"Where does Marcus sleep?"
Translation:Ubi Marcus dormit?
Yes, you are right. Latin's logic is that the thing you want to emphasis comes first. Word order is more like a writing style. But they do have some popular style or order (but still not a rule). For example, after question words like ubi or quid (or etc.), you are more likely to see the verb placed after them like "Ubi dormit Marcus", or, adjectives are more likely to attach to the nous they modify to avoid confusion. But again, it's still no rule, just a popular style.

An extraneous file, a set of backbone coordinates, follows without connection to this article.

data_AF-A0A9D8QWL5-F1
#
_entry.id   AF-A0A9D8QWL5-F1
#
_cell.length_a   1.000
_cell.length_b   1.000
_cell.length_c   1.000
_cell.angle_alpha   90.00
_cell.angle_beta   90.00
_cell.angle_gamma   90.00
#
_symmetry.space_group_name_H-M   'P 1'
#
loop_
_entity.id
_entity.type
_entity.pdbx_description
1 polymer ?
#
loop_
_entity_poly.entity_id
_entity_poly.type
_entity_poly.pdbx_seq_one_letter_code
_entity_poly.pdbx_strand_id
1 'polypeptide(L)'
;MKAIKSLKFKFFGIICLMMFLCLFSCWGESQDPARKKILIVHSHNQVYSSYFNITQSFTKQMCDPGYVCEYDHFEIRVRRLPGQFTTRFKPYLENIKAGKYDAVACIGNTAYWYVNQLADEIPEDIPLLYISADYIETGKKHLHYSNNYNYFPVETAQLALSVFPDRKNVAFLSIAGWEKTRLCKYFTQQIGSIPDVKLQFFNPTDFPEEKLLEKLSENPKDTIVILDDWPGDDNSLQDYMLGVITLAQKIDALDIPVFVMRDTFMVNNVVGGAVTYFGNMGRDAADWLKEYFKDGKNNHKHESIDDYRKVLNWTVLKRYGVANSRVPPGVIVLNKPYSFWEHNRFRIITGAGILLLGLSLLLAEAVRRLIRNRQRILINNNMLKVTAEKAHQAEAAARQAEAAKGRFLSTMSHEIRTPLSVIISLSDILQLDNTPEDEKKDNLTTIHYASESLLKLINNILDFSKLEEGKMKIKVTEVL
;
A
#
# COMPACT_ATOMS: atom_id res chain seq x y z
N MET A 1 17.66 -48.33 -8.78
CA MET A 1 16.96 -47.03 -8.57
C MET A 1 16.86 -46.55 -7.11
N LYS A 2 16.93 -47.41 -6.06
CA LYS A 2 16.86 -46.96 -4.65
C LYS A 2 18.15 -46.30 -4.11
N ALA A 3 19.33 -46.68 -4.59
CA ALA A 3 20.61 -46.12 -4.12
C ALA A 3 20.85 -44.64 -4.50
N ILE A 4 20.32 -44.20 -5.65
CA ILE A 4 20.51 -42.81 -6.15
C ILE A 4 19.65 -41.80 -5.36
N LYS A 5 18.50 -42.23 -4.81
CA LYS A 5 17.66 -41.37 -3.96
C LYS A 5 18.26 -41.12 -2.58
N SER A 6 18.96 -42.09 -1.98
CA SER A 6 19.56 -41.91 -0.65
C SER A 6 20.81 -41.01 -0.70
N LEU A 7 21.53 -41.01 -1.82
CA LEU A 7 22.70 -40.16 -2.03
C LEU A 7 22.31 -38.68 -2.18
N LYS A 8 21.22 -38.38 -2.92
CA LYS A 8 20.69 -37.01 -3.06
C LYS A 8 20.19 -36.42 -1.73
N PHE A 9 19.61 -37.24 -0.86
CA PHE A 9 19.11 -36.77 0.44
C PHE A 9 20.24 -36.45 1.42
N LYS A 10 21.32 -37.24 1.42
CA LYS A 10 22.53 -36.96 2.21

Marce is only used when it's the vocative, meaning you address directly to Marcus.
Marcus is used for the nominative, the "normal" case when you say the name, or when it's the subject of the sentence.
Hello, Marcus! -> Vocative, you talk to him. 2nd person singular.
Marcus is sleeping -> Nominative (=subject) you talk about him. 3rd person singular.
Why is "Marcus" in the nominative case and not dative/ablative?
Like-- I understand that dative/ablative would usually be translated with "to/for/by" or something, but I thought that Marcus was the indirect object? I.e. if "where" is the subject, then how can "Marcus" also be nominative?